As I’ve travelled the country in the iX, I’ve seen first-hand the very different shapes that sustainability initiatives can take. And while the ways it’s reflected in our more isolated or rural areas will naturally look different to our cities, kaitiakitanga is certainly a guiding principle for many in Wellington. Many local businesses are looking for ways to be more sustainable, says Stubbs, and diverting food from landfill is a way to reduce waste and the eventual greenhouse gas emissions it emits, and also to save money on disposal while giving back to the community. For other establishments, like Neo Cafe, their involvement extends further, to hosting events like Kai and Games, an initiative created by a former patron and now volunteer at The Free Store. 

“The chefs make a big meal and we spread the word through the week to come down on a Thursday night to Neo Cafe, and there is a meal for anyone who wants to turn up and play board games together. We had our first one for the year this year a few weeks ago and it was so cool. Some of the people who hadn’t been to The Free Store since we last had one were absolutely buzzing. It was like a massive birthday party, just really special.”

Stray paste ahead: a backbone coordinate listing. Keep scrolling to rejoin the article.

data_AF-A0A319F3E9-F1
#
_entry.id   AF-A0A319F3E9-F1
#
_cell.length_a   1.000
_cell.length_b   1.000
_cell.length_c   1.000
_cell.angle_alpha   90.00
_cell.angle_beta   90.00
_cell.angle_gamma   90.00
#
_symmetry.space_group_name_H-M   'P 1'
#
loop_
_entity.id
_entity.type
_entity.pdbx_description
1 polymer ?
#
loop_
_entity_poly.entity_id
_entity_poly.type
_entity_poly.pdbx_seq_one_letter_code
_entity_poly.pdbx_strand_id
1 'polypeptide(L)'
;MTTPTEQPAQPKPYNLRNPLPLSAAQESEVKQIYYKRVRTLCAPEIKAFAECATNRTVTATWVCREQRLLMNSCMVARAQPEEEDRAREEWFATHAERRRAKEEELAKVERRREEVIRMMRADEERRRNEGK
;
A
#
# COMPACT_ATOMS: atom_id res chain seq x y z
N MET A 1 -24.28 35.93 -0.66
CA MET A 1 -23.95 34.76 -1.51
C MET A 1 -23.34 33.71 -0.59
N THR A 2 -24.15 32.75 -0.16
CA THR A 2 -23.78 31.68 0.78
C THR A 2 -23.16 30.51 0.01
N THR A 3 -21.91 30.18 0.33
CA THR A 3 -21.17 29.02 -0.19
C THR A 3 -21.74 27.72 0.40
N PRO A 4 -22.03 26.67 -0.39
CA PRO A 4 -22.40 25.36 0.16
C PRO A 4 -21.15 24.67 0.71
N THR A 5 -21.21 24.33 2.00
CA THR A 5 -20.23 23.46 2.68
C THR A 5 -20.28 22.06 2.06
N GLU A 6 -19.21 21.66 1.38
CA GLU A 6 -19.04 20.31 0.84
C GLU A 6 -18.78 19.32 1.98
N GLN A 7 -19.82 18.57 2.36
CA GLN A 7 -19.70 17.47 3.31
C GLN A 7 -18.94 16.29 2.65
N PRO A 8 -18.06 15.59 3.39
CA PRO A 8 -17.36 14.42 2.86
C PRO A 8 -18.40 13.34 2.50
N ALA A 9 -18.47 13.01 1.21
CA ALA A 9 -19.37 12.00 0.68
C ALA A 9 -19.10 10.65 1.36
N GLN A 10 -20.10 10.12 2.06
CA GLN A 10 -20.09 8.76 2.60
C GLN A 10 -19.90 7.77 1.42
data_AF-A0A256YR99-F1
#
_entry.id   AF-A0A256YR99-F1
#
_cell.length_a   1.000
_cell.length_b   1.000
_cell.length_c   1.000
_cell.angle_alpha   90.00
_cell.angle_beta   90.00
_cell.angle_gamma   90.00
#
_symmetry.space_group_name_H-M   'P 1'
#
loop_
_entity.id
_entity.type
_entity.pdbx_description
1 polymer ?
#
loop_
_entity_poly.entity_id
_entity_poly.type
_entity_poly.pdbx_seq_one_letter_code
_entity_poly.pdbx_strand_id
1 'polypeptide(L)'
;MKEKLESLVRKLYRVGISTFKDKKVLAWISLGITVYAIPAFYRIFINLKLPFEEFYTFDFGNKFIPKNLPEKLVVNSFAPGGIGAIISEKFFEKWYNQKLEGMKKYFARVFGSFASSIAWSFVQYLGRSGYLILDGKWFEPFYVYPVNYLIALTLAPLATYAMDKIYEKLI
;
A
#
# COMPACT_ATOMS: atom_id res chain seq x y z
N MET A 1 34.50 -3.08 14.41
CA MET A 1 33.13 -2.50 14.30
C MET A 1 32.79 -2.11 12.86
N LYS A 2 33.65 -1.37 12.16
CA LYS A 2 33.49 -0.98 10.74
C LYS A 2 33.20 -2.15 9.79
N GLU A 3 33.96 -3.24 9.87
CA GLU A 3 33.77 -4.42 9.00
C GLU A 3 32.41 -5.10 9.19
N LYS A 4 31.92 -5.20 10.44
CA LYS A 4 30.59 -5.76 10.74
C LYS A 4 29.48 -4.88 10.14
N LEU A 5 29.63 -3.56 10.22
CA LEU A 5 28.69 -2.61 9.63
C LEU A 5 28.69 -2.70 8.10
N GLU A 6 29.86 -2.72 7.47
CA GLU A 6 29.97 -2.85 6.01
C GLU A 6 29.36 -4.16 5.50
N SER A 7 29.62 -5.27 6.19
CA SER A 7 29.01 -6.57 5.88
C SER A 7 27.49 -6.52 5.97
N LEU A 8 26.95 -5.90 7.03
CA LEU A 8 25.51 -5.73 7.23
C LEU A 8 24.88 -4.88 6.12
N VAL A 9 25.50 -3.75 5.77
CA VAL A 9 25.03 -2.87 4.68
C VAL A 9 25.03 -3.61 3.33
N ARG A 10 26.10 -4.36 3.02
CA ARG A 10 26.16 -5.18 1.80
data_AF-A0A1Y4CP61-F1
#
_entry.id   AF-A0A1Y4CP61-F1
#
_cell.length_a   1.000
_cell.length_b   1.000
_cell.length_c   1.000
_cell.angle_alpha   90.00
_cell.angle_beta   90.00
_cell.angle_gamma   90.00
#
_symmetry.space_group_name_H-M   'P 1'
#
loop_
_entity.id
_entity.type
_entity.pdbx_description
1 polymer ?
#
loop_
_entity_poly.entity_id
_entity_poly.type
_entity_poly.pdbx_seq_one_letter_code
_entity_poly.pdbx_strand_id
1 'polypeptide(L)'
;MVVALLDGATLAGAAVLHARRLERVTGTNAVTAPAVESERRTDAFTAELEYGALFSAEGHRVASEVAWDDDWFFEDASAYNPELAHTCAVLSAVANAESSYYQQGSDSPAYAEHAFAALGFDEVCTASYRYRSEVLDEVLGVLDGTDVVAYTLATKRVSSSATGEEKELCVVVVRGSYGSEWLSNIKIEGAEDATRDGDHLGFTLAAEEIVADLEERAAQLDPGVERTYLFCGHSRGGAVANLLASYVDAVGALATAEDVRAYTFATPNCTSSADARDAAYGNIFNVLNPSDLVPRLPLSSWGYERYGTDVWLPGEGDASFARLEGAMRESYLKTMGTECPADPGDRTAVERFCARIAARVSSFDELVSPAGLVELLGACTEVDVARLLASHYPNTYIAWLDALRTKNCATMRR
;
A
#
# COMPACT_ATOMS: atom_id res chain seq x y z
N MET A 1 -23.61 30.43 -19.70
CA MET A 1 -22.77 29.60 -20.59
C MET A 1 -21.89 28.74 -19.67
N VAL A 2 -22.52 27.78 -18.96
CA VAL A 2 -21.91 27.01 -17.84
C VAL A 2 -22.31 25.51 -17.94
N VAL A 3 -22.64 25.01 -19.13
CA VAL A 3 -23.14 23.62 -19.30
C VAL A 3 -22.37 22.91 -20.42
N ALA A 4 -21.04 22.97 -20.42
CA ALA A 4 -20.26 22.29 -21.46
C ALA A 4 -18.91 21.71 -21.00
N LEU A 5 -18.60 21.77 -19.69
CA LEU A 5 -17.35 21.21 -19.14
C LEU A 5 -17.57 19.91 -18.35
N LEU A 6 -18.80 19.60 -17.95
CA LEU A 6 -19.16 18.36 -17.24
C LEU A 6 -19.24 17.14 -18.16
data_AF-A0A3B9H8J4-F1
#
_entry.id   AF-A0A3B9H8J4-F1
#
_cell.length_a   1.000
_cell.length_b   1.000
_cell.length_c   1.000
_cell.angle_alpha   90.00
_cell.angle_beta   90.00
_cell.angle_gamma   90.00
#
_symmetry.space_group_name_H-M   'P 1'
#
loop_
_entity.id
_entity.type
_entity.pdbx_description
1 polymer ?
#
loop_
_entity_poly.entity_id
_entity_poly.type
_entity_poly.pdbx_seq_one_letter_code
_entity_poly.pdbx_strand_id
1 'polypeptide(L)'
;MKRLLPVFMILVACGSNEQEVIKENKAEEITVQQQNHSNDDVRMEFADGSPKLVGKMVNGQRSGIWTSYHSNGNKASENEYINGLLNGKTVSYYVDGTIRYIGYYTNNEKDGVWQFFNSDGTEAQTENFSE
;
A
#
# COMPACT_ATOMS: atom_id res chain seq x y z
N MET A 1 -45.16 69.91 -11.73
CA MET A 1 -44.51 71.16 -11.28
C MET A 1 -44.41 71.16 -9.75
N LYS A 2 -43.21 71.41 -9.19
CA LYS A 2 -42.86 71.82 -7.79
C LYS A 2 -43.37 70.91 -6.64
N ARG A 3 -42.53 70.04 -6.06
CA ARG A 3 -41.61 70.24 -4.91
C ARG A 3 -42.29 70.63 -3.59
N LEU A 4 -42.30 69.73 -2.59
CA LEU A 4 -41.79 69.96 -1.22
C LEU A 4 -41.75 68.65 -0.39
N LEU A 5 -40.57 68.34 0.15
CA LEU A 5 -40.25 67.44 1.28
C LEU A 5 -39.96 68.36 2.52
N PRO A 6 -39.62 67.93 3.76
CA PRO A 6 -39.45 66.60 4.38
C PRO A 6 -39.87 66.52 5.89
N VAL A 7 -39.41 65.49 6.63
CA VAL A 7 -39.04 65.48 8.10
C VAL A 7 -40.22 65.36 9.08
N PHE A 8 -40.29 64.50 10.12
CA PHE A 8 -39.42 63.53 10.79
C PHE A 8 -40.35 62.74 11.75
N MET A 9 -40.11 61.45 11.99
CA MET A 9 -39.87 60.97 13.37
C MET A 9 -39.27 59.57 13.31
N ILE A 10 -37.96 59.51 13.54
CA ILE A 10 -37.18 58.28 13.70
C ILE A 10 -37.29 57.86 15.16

“There’s a lot of deep care for others. Someone just told me last night that they met their first friend in Wellington through The Free Store. That’s a lot of the purpose of our mahi together.” 

Stories from the Electric Highway is an editorial series brought to you by BMW i, pioneering the new era of electric vehicles. To learn more about the style, power and sustainability of the all-electric BMW i model range, visit

Mad Chapman, Editor
Aotearoa continues to adapt to a new reality and The Spinoff is right there, sorting fact from fiction to bring you the latest updates and biggest stories. Help us continue this coverage, and so much more, by supporting The Spinoff Members.Madeleine Chapman, EditorJoin Members